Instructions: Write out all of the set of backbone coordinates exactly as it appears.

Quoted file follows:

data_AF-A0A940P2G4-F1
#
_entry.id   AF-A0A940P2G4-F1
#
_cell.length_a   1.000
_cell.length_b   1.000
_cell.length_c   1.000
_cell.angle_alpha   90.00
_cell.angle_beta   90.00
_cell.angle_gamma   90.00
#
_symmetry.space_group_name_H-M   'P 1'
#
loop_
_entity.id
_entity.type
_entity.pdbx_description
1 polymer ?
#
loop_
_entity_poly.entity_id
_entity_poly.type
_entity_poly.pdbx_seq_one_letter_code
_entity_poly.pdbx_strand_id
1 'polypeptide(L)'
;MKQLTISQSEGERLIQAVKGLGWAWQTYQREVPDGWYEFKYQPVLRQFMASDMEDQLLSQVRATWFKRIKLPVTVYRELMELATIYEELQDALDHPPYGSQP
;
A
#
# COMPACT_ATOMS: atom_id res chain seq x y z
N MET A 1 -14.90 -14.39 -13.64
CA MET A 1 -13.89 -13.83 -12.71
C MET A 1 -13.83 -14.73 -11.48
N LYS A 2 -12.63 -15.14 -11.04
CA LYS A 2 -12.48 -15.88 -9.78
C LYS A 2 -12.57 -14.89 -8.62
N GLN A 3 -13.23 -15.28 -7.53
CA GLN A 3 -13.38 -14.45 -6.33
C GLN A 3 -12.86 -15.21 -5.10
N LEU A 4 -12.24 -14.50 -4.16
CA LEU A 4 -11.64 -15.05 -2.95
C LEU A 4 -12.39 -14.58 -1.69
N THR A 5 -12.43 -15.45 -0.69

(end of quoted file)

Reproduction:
data_AF-A0A940P2G4-F1
#
_entry.id   AF-A0A940P2G4-F1
#
_cell.length_a   1.000
_cell.length_b   1.000
_cell.length_c   1.000
_cell.angle_alpha   90.00
_cell.angle_beta   90.00
_cell.angle_gamma   90.00
#
_symmetry.space_group_name_H-M   'P 1'
#
loop_
_entity.id
_entity.type
_entity.pdbx_description
1 polymer ?
#
loop_
_entity_poly.entity_id
_entity_poly.type
_entity_poly.pdbx_seq_one_letter_code
_entity_poly.pdbx_strand_id
1 'polypeptide(L)'
;MKQLTISQSEGERLIQAVKGLGWAWQTYQREVPDGWYEFKYQPVLRQFMASDMEDQLLSQVRATWFKRIKLPVTVYRELMELATIYEELQDALDHPPYGSQP
;
A
#
# COMPACT_ATOMS: atom_id res chain seq x y z
N MET A 1 -14.90 -14.39 -13.64
CA MET A 1 -13.89 -13.83 -12.71
C MET A 1 -13.83 -14.73 -11.48
N LYS A 2 -12.63 -15.14 -11.04
CA LYS A 2 -12.48 -15.88 -9.78
C LYS A 2 -12.57 -14.89 -8.62
N GLN A 3 -13.23 -15.28 -7.53
CA GLN A 3 -13.38 -14.45 -6.33
C GLN A 3 -12.86 -15.21 -5.10
N LEU A 4 -12.24 -14.50 -4.16
CA LEU A 4 -11.64 -15.05 -2.95
C LEU A 4 -12.39 -14.58 -1.69
N THR A 5 -12.43 -15.45 -0.69